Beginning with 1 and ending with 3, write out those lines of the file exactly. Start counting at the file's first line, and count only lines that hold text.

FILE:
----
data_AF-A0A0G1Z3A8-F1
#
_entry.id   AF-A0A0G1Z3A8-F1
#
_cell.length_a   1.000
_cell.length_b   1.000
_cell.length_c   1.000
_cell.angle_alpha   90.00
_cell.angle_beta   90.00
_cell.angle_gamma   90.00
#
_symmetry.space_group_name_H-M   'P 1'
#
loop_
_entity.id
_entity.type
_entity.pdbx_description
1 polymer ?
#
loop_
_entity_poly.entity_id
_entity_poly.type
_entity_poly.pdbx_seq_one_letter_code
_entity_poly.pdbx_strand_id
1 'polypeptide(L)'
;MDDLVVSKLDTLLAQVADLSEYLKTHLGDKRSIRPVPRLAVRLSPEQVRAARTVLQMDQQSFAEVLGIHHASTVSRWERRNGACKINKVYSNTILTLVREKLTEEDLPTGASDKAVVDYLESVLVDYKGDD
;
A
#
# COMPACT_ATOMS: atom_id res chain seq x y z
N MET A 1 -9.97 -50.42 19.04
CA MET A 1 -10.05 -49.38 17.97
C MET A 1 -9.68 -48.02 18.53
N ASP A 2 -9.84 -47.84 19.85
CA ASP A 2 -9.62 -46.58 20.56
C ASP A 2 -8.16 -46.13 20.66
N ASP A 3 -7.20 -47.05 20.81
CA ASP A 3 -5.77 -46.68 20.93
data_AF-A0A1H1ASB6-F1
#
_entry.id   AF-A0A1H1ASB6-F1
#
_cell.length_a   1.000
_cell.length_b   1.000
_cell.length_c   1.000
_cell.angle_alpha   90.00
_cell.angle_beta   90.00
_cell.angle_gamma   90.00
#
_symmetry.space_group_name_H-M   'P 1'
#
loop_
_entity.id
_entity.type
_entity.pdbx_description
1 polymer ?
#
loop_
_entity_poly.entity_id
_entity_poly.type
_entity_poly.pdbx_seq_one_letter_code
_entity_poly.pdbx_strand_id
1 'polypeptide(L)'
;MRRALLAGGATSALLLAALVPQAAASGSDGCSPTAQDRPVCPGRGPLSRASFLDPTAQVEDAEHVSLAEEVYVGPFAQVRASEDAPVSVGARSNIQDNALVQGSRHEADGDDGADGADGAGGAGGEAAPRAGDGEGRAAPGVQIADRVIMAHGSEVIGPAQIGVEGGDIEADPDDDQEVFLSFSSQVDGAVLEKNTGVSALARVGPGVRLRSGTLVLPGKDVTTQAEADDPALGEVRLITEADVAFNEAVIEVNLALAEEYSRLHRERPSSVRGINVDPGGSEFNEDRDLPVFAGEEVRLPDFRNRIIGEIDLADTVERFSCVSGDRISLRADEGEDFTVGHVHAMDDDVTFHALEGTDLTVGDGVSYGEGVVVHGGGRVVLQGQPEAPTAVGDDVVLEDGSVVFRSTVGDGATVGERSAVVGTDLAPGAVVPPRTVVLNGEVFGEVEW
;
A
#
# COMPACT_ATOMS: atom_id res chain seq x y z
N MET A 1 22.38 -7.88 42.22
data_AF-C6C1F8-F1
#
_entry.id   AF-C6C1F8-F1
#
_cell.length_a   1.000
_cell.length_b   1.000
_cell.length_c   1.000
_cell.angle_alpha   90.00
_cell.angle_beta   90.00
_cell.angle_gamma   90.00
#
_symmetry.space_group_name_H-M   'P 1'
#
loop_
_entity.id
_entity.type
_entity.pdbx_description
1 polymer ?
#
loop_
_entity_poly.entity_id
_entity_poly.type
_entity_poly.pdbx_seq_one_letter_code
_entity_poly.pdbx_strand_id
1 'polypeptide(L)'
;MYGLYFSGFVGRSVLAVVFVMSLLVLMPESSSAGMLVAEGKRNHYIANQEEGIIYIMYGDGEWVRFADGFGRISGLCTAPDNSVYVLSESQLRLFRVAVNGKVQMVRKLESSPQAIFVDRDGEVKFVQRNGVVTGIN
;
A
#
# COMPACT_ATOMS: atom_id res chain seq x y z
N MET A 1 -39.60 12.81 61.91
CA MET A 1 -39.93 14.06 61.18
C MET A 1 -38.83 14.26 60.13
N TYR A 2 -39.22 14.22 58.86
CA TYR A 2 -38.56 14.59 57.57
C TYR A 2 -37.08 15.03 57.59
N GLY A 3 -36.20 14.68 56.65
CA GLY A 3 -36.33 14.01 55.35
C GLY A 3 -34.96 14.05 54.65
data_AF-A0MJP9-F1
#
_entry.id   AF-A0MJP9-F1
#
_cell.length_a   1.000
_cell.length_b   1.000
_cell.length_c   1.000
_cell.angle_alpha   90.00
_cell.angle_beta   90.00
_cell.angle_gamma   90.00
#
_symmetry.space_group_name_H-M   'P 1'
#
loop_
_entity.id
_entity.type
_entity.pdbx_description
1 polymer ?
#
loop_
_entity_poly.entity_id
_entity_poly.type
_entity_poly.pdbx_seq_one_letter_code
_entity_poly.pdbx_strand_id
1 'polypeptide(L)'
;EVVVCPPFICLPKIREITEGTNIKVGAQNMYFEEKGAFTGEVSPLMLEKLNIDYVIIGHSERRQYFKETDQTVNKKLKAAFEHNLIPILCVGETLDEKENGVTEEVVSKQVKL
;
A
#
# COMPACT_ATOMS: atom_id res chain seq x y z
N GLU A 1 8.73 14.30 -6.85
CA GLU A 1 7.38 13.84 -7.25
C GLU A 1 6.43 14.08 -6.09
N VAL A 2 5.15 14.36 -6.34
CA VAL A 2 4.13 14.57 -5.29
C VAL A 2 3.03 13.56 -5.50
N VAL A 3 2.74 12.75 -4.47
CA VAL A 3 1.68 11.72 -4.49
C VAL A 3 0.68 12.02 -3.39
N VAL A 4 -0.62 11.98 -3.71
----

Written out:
data_AF-A0A0G1Z3A8-F1
#
_entry.id   AF-A0A0G1Z3A8-F1